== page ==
Blue Moonlighting: When an employee is unsatisfied with his/her pay in the current job, he/she starts looking for a part time job. However when the employee is not able to find any part time job, his/her efforts go in vain. This is called blue moonlighting.

Quarter Moonlighting: When an employee takes up a part time job along with his present job and spends some of his/her time on the second job, it is termed as quarter moonlighting. The employee usually does this to supplement his/her current salary and satisfy the basic needs.

Half Moonlighting: In this scenario, the employee devotes half of the time to the second job or to the newly set up business. The second job or the business enables the employee to lead a comfortable life.

Full Moonlighting: In full moonlighting, the employee devotes whole of the time to the second job or new business. The employee stays on the first job only as a shock absorber.


1. Job Mobility: Moonlighting helps an employee to move from one job to another, thereby providing mobility. It increases the chances of getting a new job or a new business while minimizing the chances of being unemployed.

2. Builds a Strong Network: Being exposed to more people expands the network base of employees. If the employee works in an industry which acts as a supplier or distributor for the first employer, both the organisations stand to gain from it.

3. Improved Skill Set: Since the employees are able to gain expertise and hone their skills, the employer also enjoys the benefit of the increased skill set of employees. The employee is able to perform better due to the improved knowledge and skills thereby benefitting the employer.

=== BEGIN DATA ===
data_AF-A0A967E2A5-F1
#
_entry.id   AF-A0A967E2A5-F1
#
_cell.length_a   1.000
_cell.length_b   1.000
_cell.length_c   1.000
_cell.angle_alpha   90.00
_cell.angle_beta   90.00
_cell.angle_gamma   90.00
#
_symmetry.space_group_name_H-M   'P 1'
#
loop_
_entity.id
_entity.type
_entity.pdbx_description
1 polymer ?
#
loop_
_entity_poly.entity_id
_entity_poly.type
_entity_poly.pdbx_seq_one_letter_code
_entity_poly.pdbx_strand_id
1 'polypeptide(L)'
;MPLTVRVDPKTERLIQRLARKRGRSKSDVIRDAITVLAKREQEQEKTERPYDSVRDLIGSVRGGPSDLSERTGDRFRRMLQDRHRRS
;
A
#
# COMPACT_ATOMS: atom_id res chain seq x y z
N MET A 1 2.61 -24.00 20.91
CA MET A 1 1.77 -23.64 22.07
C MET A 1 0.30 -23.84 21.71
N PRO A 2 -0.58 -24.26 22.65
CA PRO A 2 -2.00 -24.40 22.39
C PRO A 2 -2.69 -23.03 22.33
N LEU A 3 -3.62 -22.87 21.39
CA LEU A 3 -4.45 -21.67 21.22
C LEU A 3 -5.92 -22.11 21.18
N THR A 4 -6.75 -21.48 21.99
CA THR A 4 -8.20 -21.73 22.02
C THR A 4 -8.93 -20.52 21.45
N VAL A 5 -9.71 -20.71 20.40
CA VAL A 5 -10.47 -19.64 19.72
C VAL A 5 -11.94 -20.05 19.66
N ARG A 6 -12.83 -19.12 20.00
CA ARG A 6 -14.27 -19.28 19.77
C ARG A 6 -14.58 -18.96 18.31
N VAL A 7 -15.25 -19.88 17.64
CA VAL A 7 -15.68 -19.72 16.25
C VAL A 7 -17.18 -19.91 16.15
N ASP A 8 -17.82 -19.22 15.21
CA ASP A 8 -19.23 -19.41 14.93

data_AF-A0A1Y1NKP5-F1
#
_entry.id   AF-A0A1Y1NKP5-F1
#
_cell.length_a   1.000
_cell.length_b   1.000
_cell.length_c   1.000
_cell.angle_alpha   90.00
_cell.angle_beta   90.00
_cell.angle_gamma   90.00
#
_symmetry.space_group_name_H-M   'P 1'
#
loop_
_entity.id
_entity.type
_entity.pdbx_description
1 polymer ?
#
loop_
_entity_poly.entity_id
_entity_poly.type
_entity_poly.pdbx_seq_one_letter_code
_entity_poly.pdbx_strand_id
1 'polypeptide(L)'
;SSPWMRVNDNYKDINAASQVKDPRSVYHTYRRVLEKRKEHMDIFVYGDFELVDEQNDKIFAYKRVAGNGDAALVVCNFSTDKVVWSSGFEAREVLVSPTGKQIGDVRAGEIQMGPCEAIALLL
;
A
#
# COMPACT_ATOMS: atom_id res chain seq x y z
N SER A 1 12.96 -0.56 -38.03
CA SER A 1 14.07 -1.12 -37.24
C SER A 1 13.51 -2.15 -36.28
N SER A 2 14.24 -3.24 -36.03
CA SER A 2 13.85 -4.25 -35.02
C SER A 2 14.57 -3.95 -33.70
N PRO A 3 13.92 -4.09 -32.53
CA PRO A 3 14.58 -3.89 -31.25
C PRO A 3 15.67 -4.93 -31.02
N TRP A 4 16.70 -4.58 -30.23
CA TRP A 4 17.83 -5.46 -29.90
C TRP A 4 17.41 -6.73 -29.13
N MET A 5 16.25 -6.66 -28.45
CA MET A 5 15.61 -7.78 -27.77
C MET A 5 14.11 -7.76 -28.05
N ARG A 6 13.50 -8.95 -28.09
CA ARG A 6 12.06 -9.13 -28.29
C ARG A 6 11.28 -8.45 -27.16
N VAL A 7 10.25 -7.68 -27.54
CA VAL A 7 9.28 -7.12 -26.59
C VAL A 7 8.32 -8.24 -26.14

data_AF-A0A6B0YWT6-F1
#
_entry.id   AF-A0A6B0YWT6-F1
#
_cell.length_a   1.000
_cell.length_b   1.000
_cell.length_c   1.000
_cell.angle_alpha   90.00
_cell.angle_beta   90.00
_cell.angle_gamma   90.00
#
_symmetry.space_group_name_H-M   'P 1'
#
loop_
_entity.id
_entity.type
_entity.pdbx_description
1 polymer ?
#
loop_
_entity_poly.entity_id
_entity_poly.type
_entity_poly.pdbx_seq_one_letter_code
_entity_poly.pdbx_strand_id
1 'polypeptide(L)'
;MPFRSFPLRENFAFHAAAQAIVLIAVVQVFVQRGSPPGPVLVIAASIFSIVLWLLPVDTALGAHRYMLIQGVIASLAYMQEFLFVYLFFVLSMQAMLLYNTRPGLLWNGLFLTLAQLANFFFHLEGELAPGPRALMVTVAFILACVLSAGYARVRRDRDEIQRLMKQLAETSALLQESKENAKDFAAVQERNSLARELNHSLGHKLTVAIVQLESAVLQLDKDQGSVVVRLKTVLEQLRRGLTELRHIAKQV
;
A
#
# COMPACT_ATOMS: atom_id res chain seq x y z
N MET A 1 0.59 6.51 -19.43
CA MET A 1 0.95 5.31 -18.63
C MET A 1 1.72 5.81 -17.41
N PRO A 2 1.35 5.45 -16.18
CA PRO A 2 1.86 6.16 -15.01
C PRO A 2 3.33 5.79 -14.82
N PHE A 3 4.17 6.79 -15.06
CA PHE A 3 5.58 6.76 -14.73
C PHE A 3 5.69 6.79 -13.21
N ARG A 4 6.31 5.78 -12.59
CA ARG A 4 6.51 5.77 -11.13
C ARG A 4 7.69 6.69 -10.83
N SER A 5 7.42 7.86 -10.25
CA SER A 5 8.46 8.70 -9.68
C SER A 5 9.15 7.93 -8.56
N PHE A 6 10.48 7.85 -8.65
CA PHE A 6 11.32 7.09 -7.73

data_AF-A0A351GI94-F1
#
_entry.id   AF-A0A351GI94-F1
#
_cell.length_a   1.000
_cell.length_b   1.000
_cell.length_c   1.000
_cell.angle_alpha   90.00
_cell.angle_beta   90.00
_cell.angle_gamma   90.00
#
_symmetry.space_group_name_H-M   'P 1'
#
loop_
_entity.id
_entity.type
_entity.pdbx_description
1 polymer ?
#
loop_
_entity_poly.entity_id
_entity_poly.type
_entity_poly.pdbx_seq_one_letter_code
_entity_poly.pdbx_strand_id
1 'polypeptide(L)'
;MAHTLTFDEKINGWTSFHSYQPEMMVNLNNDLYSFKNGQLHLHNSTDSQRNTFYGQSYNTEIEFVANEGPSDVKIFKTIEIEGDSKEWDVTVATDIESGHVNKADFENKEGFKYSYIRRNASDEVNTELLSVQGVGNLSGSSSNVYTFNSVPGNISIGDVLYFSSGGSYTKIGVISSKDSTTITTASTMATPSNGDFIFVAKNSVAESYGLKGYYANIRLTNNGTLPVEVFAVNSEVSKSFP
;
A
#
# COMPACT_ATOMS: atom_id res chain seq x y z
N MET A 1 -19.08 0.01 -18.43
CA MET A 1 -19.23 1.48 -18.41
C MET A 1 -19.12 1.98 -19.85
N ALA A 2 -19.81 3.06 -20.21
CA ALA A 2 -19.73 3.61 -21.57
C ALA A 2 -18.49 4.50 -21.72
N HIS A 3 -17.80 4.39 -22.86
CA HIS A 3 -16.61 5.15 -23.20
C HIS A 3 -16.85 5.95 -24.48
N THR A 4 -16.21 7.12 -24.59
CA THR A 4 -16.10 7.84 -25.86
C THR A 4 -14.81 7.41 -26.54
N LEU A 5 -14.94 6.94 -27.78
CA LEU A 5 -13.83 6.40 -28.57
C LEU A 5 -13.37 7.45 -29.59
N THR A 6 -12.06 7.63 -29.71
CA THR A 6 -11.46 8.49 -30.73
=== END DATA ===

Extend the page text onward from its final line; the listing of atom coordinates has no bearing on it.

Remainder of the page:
4. Low Employee Turnover: Since employees are economically satisfied, there are lower chances of employee turnover, especially when employees engage in persistent moonlighting.


1. Over worked Employees and Poor Health: If the employees are engaged in two jobs, they tend to exhaust themselves. Owing to the physical and mental demands of two jobs, they face stress and exhaustion. Such employees are not able to give their best in any of the jobs. Due to excessive work, they may face several health related problems.

2. Threat of Competition and Business Secrecy: When an employee works for another employer or starts his/her own business which is similar to his first job, there is a fear of competition faced by the first employer. In such a situation, there is a conflict of interest. The first employer may also be concerned about the confidentiality of his business secrets.

3. Inefficiency: Due to handling two jobs, the employee may not be able to focus on the present job thereby reducing the efficiency of the organisation. It negatively affects the employee’s performance on the first job.

4. Ethical Dilemma: Moonlighting poses an ethical dilemma for the employees. A major problem arises when an employee works for two employers who are from the same industry. If employees start using the information from one employer for the other, it may lead to major problems. Also, if employees use their sources, physical as well as intellectual, from the employer for their own business or the other job, it will cause ethical problems. The employer may even consider it stealing.